The European Food Safety Authority (EFSA) has finally bowed to the inevitable: neonicotinoid pesticides are, it says, contributing to the bee deaths attributed to colony collapse disorder (CCD). But its proposed restrictions aren’t the end of the story.
2013 has already been a busy year for bees – European Union (EU) bees, at least. On 31st January, the European Commission (EC) presented a proposal to EU Member States that will, if adopted, significantly limit the use of three neonicotinoid pesticides strongly suspected of being involved in bee colony collapse disorder (CCD). If implemented, the EC’s proposals will not only restrict clothianidin, thiametoxam and imidacloprid to crops that don’t attract bees and winter cereals, but also ban outright the sale and use of seeds treated with ‘plant protection compounds’ containing these pesticides.
How did we get here?
The EC’s move, described as, “Ambitious but proportionate” by recently appointed Commissioner Tonio Borg, can be traced back to two papers published in the journal Science in 2012, authored by Mickaël Henry et al and Penelope R Whitehorn et al. The research reported in the papers indicated that certain neonicotinoid pesticides had adverse effects on bumblebee foraging success, survival and reproduction, which was alarming enough for the EC to request a scientific statement from EFSA.
EFSA duly obliged on 30th May 2012; its statement confirmed that the pesticide doses used in the Science studies were broadly in line with estimated actual exposures in bees. Following a further EC request, EFSA performed a risk assessment that identified “A number of risks posed to bees by three neonicotinoid insecticides,” namely clothianidin, thiametoxam and imidacloprid.
Clearly forewarned, the European pesticide industry released its own report on 15th January, the day before EFSA’s risk assessment was published, claiming that, if neonicotinoids were banned or suspended, “Over a 5-year period, the EU could lose €17 billion or more and over 60,000 jobs…”. Representing the other side of the argument, one with which we also concur, Greenpeace and Pesticide Action Network (PAN) Europe urged the Commission to go further and order a full ban. The Green group in the European Parliament joined the call for a ban, pointing to yet another report – this time by the European Environment Agency (EEA) – that concluded, “Imidacloprid seems to be a substance particularly ‘fit for the precautionary principle’”.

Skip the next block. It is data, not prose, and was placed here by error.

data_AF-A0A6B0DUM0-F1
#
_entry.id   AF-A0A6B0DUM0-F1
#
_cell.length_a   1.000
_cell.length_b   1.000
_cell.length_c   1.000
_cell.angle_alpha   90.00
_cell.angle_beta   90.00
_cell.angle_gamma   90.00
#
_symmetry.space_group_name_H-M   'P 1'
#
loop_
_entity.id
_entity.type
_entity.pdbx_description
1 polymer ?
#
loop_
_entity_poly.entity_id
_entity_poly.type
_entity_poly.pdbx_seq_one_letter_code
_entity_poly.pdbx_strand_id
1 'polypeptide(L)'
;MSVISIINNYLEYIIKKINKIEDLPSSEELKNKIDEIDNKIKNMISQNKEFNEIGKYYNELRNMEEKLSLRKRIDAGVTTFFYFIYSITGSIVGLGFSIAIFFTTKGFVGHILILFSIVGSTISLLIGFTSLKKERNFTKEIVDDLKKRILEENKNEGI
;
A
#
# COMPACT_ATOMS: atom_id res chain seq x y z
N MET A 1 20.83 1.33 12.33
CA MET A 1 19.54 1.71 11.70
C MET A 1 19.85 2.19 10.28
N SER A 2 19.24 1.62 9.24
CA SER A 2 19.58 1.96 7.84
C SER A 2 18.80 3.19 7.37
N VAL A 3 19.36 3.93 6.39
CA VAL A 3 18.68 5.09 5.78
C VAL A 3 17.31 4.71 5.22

Is that a bee in the room? No it’s an elephant
We fully support any moves that will reduce the amount of pesticides released into the environment, especially if they are damaging to bee health. But the problem with complex issues such as bee decline is the sheer number of factors, many of which may interact with one another, that may operate simultaneously. Factors that may have an influence include weakening genetics and immune response of ‘domesticated’ bees, pressure from pathogens (disease-causing organisms), climate change, genetically modified organisms—and lest we forget—the possible role of electromagnetic radiation (EMR) from modern, wireless communication devices such as mobile phones. No-one appears to be investigating the effects of electromagnetic radiation (EMR) on bees’ health or navigational abilities.
Time for a paradigm shift in research
EFSA, like most health authorities, seems to be confident that it’s found a way of teasing out individual factors that might be harmful or beneficial to either humans or the enviroment. But the evidence needs to be staring them in the face for them to see these effects. That works well with products like pesticides that are overtly toxic to organisms like bees that are very susceptible, but it works less well for more complex interactions such as those associated with GMOs. It also doesn’t work well when you are investigating a possible beneficial effect of a food constituent in amongst something as diverse and varied as the human diet. Through the EFSA lens, it’s therefore not a great surprise to find the single ‘highest food authority in Europe’ declaring that GMOs are safe and that most foods and food constituents are not beneficial to human beings.
It’s just possible that the decline of bees and the groundbreaking ecological work undertaken by ecologists with specific interests in complex interactions between insects, pathogens, plants and changing environments could be the ticket to evolving more appropriate methods of scientific research for these complex systems.